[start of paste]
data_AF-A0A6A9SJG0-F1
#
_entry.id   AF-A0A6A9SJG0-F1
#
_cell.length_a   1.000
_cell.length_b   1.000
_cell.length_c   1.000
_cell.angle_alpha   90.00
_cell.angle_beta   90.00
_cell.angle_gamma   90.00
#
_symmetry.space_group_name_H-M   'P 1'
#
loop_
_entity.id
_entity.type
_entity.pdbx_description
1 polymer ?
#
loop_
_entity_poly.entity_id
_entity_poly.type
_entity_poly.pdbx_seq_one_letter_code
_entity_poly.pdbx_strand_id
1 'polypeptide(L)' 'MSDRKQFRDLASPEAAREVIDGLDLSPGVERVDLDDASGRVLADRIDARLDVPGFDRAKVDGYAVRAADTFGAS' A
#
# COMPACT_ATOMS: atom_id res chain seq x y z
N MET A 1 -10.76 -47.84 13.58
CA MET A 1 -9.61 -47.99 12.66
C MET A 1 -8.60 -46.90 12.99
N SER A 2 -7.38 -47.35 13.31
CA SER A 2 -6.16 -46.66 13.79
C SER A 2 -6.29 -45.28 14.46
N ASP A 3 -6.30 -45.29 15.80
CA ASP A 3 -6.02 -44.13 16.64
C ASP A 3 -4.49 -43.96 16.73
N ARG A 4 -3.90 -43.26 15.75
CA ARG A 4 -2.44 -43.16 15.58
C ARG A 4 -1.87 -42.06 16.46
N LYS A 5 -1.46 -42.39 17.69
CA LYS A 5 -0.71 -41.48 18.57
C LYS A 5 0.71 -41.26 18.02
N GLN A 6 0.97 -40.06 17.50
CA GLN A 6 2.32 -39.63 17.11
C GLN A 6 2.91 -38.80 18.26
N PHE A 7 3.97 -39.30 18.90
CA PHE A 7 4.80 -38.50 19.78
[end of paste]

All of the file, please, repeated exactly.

data_AF-A0A6A9SJG0-F1
#
_entry.id   AF-A0A6A9SJG0-F1
#
_cell.length_a   1.000
_cell.length_b   1.000
_cell.length_c   1.000
_cell.angle_alpha   90.00
_cell.angle_beta   90.00
_cell.angle_gamma   90.00
#
_symmetry.space_group_name_H-M   'P 1'
#
loop_
_entity.id
_entity.type
_entity.pdbx_description
1 polymer ?
#
loop_
_entity_poly.entity_id
_entity_poly.type
_entity_poly.pdbx_seq_one_letter_code
_entity_poly.pdbx_strand_id
1 'polypeptide(L)' 'MSDRKQFRDLASPEAAREVIDGLDLSPGVERVDLDDASGRVLADRIDARLDVPGFDRAKVDGYAVRAADTFGAS' A
#
# COMPACT_ATOMS: atom_id res chain seq x y z
N MET A 1 -10.76 -47.84 13.58
CA MET A 1 -9.61 -47.99 12.66
C MET A 1 -8.60 -46.90 12.99
N SER A 2 -7.38 -47.35 13.31
CA SER A 2 -6.16 -46.66 13.79
C SER A 2 -6.29 -45.28 14.46
N ASP A 3 -6.30 -45.29 15.80
CA ASP A 3 -6.02 -44.13 16.64
C ASP A 3 -4.49 -43.96 16.73
N ARG A 4 -3.90 -43.26 15.75
CA ARG A 4 -2.44 -43.16 15.58
C ARG A 4 -1.87 -42.06 16.46
N LYS A 5 -1.46 -42.39 17.69
CA LYS A 5 -0.71 -41.48 18.57
C LYS A 5 0.71 -41.26 18.02
N GLN A 6 0.97 -40.06 17.50
CA GLN A 6 2.32 -39.63 17.11
C GLN A 6 2.91 -38.80 18.26
N PHE A 7 3.97 -39.30 18.90
CA PHE A 7 4.80 -38.50 19.78